Union Watch Highlights

Union Watch Highlights

Here are links to the top stories available online over the past week reporting on union activity including legislation, financial impact, reform activism, etc., from California and across the USA.

Northwestern football players seek to join labor union

By Teddy Greenstein and Chris Hine, January 28, 2014, Chicago Tribune

Kain Colter called Tuesday a “historic day,” one that began with a 7:45 a.m. meeting with Pat Fitzgerald in Evanston. Colter informed the Northwestern coach what lay ahead — a news conference at the Hyatt Regency in Chicago where Colter would become the face of a new movement. For the first time in the history of college sports, athletes are asking to be represented by a labor union. ESPN.com first reported the story Tuesday morning. Colter was joined by Ramogi Huma, president of the National College Players Association. “Despite the progress NCPA has made, college athletes continue to be subject to unjust and unethical treatment in NCAA sports despite the extraordinary value they bring to their universities,” said Huma, a former linebacker at UCLA. “They’re too often left to pay for medical expenses during and after their college careers, they can be stripped of their scholarship for any reason, including injury.” Huma filed the petition in Chicago on behalf of football players at Northwestern, submitting the form at the regional office of the National Labor Relations Board to recognize a new union, the College Athletes Players Association. (read article)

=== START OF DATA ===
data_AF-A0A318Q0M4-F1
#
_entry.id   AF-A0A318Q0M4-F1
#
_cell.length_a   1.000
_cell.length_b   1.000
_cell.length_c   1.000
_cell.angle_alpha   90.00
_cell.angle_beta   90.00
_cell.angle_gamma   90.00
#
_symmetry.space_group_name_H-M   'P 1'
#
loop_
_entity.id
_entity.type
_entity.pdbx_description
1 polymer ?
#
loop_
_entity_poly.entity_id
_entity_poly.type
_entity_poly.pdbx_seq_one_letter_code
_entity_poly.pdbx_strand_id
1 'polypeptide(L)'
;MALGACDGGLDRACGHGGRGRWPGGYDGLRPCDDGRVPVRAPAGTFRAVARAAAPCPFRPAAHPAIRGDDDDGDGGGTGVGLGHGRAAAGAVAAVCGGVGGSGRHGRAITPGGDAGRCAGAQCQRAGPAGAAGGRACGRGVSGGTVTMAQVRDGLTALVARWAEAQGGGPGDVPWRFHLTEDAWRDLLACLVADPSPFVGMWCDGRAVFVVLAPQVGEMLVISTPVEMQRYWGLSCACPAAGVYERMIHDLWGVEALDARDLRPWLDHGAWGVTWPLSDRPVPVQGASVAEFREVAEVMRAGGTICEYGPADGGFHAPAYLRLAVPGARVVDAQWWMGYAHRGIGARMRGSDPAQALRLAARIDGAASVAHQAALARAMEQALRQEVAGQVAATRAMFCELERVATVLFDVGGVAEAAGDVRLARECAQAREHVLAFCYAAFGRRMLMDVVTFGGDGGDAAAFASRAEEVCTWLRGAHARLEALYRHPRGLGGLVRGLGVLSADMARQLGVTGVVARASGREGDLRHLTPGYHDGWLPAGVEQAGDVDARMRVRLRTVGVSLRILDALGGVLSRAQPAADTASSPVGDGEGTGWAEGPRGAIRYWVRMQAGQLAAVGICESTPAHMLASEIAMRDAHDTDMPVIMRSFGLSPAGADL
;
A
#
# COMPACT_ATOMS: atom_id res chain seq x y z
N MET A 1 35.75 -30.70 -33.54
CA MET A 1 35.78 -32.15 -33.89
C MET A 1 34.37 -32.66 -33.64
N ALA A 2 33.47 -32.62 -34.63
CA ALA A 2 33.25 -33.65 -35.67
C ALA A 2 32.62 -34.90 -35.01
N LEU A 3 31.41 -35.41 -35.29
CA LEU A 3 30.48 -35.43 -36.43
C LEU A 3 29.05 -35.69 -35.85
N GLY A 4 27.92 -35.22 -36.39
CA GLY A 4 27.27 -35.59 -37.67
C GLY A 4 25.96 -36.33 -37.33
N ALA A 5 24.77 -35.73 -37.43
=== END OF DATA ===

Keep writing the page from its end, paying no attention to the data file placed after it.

Illinois Labor Unions Sue Over Plan to Cut Pensions

By Kerry Lester, January 28, 2014, ABC News

Some of the largest public labor unions in Illinois filed a long-awaited lawsuit Tuesday challenging the state’s new pension reform law, a move that could delay implementation of the landmark measure and have major ramifications in upcoming elections. On the eve of a State of the State address by Gov. Pat Quinn, who faces a tough re-election campaign, lawyers for the We Are One Illinois coalition of unions filed the lawsuit in Sangamon County Circuit Court on behalf of two dozen retired employees. The lawsuit, which follows others already filed by retirees, argues the pension bill approved by the Legislature and Quinn signed more than a month ago violates a clause of the state constitution that says pension benefits may not be “diminished or impaired.” It also asks the court to stop the law from taking effect until the case is decided. Michael Carrigan, president of the Illinois AFL-CIO, said the suit “makes it clear that pension theft is not only unfair, it’s clearly unconstitutional.” “The Legislature and governor shirked their responsibility to uphold the constitution, so we are seeking justice in court to right their wrongs,” Carrigan said.” Promises must be kept, and the rule of law must prevail over politics.” (read article)